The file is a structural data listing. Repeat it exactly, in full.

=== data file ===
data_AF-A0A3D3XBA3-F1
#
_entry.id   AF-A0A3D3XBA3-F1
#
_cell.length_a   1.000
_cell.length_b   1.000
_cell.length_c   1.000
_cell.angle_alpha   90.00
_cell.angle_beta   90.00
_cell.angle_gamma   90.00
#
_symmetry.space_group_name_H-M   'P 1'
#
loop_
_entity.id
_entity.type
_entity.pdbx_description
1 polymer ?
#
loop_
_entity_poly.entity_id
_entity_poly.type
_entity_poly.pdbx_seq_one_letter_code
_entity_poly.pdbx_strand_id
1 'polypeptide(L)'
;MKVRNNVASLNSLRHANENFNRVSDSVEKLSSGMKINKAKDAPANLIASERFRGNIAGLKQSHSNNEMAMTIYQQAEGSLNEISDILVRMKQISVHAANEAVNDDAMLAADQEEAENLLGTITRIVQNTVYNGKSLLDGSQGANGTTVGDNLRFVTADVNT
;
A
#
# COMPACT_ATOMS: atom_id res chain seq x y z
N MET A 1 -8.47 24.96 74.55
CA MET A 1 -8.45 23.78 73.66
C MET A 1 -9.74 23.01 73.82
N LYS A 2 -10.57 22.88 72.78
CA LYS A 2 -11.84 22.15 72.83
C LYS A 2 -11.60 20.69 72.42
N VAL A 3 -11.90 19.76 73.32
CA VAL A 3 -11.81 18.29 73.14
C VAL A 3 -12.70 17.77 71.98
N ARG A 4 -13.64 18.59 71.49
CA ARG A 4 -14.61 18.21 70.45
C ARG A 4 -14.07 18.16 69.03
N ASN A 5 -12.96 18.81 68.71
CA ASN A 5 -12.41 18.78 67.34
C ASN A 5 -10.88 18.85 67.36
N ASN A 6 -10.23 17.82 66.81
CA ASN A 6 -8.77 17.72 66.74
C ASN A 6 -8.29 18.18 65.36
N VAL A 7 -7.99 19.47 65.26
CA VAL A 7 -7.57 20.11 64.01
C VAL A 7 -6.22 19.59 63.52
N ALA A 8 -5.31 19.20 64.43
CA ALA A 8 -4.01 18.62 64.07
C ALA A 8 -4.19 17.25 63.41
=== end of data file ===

data_AF-A0A3D3XBA3-F1
#
_entry.id   AF-A0A3D3XBA3-F1
#
_cell.length_a   1.000
_cell.length_b   1.000
_cell.length_c   1.000
_cell.angle_alpha   90.00
_cell.angle_beta   90.00
_cell.angle_gamma   90.00
#
_symmetry.space_group_name_H-M   'P 1'
#
loop_
_entity.id
_entity.type
_entity.pdbx_description
1 polymer ?
#
loop_
_entity_poly.entity_id
_entity_poly.type
_entity_poly.pdbx_seq_one_letter_code
_entity_poly.pdbx_strand_id
1 'polypeptide(L)'
;MKVRNNVASLNSLRHANENFNRVSDSVEKLSSGMKINKAKDAPANLIASERFRGNIAGLKQSHSNNEMAMTIYQQAEGSLNEISDILVRMKQISVHAANEAVNDDAMLAADQEEAENLLGTITRIVQNTVYNGKSLLDGSQGANGTTVGDNLRFVTADVNT
;
A
#
# COMPACT_ATOMS: atom_id res chain seq x y z
N MET A 1 -8.47 24.96 74.55
CA MET A 1 -8.45 23.78 73.66
C MET A 1 -9.74 23.01 73.82
N LYS A 2 -10.57 22.88 72.78
CA LYS A 2 -11.84 22.15 72.83
C LYS A 2 -11.60 20.69 72.42
N VAL A 3 -11.90 19.76 73.32
CA VAL A 3 -11.81 18.29 73.14
C VAL A 3 -12.70 17.77 71.98
N ARG A 4 -13.64 18.59 71.49
CA ARG A 4 -14.61 18.21 70.45
C ARG A 4 -14.07 18.16 69.03
N ASN A 5 -12.96 18.81 68.71
CA ASN A 5 -12.41 18.78 67.34
C ASN A 5 -10.88 18.85 67.36
N ASN A 6 -10.23 17.82 66.81
CA ASN A 6 -8.77 17.72 66.74
C ASN A 6 -8.29 18.18 65.36
N VAL A 7 -7.99 19.47 65.26
CA VAL A 7 -7.57 20.11 64.01
C VAL A 7 -6.22 19.59 63.52
N ALA A 8 -5.31 19.20 64.43
CA ALA A 8 -4.01 18.62 64.07
C ALA A 8 -4.19 17.25 63.41